Ohio's Provisional Ballot Use Declines

Ohio's Provisional Ballot Use Declines

In the 2014 general election, Ohio recorded a large reduction in the rate of provisional ballots issued, according to data from the office of Secretary of State John Husted. Provisionals made up 1.56 percent of total ballots cast, a 41 percent reduction from a 2.66 percent rate during the 2010 midterm election.

The secretary’s office credited the improvement to better voter list maintenance partly resulting from the creation of an online change-of-address form for voters and data exchanges with the state Bureau of Motor Vehicles.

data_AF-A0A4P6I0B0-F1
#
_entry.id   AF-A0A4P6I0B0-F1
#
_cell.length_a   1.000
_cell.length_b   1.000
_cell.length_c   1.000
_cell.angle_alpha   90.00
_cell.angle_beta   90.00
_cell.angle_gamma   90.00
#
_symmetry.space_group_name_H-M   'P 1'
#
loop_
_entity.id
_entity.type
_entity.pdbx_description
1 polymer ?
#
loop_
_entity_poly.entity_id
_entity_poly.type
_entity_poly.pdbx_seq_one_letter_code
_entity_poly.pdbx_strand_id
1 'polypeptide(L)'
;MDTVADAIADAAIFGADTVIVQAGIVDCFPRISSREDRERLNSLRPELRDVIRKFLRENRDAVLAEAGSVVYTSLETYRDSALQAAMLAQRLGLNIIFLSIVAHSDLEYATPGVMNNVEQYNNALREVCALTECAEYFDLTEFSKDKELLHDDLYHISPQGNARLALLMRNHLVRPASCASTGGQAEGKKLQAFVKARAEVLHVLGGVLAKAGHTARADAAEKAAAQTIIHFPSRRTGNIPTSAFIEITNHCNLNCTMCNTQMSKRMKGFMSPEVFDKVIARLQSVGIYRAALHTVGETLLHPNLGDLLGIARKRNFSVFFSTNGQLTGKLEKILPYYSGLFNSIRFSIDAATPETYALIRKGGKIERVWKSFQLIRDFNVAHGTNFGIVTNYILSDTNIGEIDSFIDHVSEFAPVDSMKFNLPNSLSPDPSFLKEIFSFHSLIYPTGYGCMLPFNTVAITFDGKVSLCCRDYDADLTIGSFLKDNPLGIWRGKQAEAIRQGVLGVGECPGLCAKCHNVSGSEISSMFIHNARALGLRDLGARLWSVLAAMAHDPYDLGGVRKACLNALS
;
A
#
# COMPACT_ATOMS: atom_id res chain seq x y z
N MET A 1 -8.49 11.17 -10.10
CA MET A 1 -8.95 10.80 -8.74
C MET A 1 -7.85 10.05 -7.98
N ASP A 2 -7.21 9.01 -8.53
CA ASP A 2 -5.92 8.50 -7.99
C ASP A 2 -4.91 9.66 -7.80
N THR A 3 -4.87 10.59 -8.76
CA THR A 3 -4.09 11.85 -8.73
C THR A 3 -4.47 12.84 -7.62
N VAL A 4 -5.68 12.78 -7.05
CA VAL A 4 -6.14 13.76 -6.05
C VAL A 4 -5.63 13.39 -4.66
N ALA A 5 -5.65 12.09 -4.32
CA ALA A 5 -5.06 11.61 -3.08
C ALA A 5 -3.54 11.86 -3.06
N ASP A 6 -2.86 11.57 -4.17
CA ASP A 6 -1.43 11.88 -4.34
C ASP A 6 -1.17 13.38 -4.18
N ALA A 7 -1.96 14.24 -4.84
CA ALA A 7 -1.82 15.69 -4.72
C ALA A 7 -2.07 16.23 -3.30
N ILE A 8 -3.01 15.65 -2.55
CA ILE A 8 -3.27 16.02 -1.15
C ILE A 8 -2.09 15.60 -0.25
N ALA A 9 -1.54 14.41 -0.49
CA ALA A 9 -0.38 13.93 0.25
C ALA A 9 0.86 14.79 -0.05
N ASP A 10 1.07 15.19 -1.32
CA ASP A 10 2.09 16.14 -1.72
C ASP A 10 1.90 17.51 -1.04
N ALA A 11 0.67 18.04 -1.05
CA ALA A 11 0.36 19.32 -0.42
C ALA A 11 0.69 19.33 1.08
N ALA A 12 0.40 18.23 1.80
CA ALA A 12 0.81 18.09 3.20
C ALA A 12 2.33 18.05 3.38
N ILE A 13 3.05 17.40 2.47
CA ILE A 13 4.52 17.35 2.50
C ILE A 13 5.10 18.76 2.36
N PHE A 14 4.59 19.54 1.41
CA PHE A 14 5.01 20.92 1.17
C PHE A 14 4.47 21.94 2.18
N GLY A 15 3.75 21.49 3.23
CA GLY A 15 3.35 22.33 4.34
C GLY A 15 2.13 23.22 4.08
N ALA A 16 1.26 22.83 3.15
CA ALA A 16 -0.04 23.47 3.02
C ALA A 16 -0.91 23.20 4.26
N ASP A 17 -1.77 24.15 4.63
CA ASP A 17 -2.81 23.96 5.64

The rate at which provisional ballots were rejected also declined significantly, from 0.3 percent of all ballots cast in 2010 to 0.15 percent in 2014. Changes to the way provisional ballots are cast and counted may be responsible for this decrease. Some polling locations serve multiple precincts; previously, a provisional ballot was thrown out if the voter was at the right polling location but voted in the wrong precinct. In February 2014, Governor John Kasich signed a bill requiring poll workers to direct voters to the correct precinct. If the worker fails to do so, the provisional ballot must be counted.

Of the total ballots cast in 2010, 0.13 percent were provisional that were rejected for being cast in the wrong precinct. In 2014 this rejection rate fell to 0.04 percent.

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